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December 2005 Archives

December 16, 2005

Cancel the skiing holiday (II)

Dear Friend,

Here’s what’s happening in the market right now:

No-one is renewing their treaties yet.

The soft market is continuing in casualty lines.

Some big facultative property programmes incepting before 1/1 are getting 20% discounts.

Fitch and AM Best have warned that the market is patchy and any hardening of rates may not last for long, even in loss-affected areas.

And this is what it means:

Who would be a buyer today? With the first AM Best-rated class of 2005 players formally opening their doors this week and next, it is well worth waiting to see if they are going to be followers or leaders. No deal is better than a bad deal — and this year it might be worth giving the underwriting team the first couple of weeks in January off to make sure you are not at a competitive disadvantage.

Either this is proof that the famous reinsurance “pot” from which all claims are eventually paid is actually segmented and fractured into many smaller “pots”. And why shouldn’t it be so? After all, this is evidence of that greater financial flexibility, sophistication and resilience that the industry has been striving to achieve for so long.

Either that or hard market cheerleaders would say it is evidence of a “silo mentality” and a denial in some sectors of the enormity of the loss that Katrina and others represent. In this case it is down to the treaty renewal to set the tone for 2006. We will see.

The human factor is alive and well. Some underwriters are evidently rolling the dice on a headlong charge to book hefty fourth-quarter income. They are trying to make 2005 look like a better year than it would otherwise have been. Good brokers are taking advantage of this.

Great minds think alike!

Cancel the skiing holiday, it’s going to be a long, nail-biting renewal season, which might not end properly until February.

December 9, 2005

The law isn't always an ass

Dear Friend,

Here’s a reinsurance joke for you:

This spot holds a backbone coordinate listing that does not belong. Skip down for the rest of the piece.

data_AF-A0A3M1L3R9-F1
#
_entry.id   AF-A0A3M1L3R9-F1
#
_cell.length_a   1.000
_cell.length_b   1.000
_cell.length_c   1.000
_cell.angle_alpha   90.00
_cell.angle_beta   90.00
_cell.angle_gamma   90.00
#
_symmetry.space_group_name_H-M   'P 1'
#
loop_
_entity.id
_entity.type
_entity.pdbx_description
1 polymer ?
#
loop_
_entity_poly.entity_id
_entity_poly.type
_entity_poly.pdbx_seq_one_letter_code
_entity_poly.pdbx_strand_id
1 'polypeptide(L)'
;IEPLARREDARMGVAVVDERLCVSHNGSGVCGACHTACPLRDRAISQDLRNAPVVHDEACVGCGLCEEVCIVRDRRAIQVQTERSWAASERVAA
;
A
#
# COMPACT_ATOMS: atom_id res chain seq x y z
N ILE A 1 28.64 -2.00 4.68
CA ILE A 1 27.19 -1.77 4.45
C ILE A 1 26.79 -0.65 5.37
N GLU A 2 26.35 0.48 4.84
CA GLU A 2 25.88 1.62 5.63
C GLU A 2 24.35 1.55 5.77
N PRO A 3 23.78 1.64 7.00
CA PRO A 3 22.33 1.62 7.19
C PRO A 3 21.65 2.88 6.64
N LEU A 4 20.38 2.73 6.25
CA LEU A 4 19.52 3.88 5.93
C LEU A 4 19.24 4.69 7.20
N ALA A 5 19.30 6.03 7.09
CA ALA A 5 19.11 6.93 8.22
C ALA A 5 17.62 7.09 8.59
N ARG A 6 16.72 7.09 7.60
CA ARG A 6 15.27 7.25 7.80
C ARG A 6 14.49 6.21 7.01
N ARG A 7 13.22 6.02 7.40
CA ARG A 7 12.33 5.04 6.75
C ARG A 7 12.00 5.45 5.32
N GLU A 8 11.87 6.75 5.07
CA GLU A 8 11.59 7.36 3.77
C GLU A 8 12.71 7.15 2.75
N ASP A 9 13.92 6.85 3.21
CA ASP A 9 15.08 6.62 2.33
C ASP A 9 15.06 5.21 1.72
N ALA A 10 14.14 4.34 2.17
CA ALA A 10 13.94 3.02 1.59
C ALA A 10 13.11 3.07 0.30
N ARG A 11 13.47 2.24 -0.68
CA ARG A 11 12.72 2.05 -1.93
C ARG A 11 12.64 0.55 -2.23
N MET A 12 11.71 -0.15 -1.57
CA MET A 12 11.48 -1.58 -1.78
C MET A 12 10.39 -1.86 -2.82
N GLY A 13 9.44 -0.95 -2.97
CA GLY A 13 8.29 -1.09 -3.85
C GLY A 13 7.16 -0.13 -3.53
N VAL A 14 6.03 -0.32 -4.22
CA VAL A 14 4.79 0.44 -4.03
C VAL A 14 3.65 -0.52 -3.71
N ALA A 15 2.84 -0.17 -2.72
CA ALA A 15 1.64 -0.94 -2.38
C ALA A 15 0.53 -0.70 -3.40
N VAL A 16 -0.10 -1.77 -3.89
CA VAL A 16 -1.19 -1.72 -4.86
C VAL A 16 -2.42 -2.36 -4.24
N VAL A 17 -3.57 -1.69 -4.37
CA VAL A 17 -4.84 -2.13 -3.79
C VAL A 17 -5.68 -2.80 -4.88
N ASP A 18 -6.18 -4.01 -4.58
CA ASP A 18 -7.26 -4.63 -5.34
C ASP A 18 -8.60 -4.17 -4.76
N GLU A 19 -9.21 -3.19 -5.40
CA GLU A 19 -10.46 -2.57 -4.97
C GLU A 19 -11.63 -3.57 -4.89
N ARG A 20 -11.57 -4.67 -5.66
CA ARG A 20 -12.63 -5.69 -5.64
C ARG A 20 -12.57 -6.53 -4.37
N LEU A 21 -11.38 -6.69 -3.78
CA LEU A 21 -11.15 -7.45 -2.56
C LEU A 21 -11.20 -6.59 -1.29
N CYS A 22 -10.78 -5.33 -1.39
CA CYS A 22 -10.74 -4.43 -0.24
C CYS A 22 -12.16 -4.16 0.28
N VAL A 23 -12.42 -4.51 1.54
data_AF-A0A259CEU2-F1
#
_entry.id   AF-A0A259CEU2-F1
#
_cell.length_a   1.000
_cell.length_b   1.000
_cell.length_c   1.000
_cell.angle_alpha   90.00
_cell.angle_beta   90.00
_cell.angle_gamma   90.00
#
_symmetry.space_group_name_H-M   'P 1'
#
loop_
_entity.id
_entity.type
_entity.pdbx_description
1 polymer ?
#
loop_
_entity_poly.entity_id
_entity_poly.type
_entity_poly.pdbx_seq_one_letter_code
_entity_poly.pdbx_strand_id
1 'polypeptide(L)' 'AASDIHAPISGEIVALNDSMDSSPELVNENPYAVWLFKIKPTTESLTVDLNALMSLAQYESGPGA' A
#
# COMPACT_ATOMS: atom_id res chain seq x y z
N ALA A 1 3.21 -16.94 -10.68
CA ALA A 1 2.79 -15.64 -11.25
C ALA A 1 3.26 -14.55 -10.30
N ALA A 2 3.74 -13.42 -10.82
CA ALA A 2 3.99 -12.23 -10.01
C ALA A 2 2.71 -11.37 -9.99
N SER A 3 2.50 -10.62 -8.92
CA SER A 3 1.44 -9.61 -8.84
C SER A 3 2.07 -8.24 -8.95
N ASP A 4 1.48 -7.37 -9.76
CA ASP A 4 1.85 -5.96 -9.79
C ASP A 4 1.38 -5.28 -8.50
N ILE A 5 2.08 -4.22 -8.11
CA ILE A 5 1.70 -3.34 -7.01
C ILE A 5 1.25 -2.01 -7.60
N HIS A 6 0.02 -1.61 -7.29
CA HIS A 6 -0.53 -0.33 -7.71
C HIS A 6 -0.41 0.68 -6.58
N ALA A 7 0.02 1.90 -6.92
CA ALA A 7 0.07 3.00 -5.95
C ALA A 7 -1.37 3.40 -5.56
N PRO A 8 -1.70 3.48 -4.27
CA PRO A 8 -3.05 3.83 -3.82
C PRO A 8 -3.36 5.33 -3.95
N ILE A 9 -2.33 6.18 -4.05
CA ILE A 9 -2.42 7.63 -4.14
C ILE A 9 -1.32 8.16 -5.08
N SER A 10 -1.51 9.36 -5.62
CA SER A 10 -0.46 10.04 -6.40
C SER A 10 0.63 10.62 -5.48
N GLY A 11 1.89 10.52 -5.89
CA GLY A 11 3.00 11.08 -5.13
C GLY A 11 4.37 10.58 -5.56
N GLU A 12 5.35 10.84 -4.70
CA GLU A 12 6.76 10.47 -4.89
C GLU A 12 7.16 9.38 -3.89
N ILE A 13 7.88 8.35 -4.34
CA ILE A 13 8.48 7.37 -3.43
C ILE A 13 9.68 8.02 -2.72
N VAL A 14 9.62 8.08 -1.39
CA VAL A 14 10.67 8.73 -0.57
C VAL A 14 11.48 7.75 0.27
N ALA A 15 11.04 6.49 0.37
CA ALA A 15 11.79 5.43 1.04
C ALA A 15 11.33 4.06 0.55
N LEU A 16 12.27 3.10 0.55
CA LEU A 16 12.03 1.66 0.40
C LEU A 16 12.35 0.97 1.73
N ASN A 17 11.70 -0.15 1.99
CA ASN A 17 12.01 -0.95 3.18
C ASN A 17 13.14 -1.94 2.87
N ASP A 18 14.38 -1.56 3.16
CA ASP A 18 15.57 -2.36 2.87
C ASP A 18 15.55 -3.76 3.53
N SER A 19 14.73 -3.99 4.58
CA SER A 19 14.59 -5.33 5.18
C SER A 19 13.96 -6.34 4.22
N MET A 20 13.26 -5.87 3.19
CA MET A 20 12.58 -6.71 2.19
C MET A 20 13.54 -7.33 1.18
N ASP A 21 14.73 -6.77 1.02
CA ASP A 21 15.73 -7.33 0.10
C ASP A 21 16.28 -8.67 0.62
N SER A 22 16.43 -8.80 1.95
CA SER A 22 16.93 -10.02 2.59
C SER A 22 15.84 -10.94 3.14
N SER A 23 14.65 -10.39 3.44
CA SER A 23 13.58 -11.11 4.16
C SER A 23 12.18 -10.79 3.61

Underwriter A says to underwriter B, who he has reinsured; “I’m not paying your claims because I think you’re a useless underwriter and all those claims would never have happened if I’d been in charge”

Underwriter B says to Underwriter A “Hang on a minute, if I’m a useless underwriter — surely that makes you just as useless as me for reinsuring me in the first place”

Underwriter A: “Oh, actually I hadn’t thought of it like that — I think I’d better pay up after all!”

I’m sorry it’s not very funny — but it does go some way to parodying a very important reinsurance test case that has reached a significant judgement.

A great victory for common sense was achieved yesterday when a judgement was handed down from the UK court of appeal in the infamous “AON-77” cover case.

I’m not going to repeat the tedious and complicated details of the case itself — I’ll leave that to your lawyers and compliance departments, who will doubtless be circulating many reports on the subject over the nest few weeks.

But the nub of the dispute was to what extent a reinsured had a duty to protect the interests of his reinsurers. And the final answer is “no, not really — there is nothing wrong with taking advantage of an advantageous contract”.

Quite right too! The only person who is qualified to look out for a reinsurer’s interests is the reinsurer himself.

If we can all start retrospectively avoiding claims because we don’t believe the primary underwriter has been doing a great job, the whole basis of the reinsurance business would collapse. Claims happen — they are not evidence of underwriting failure.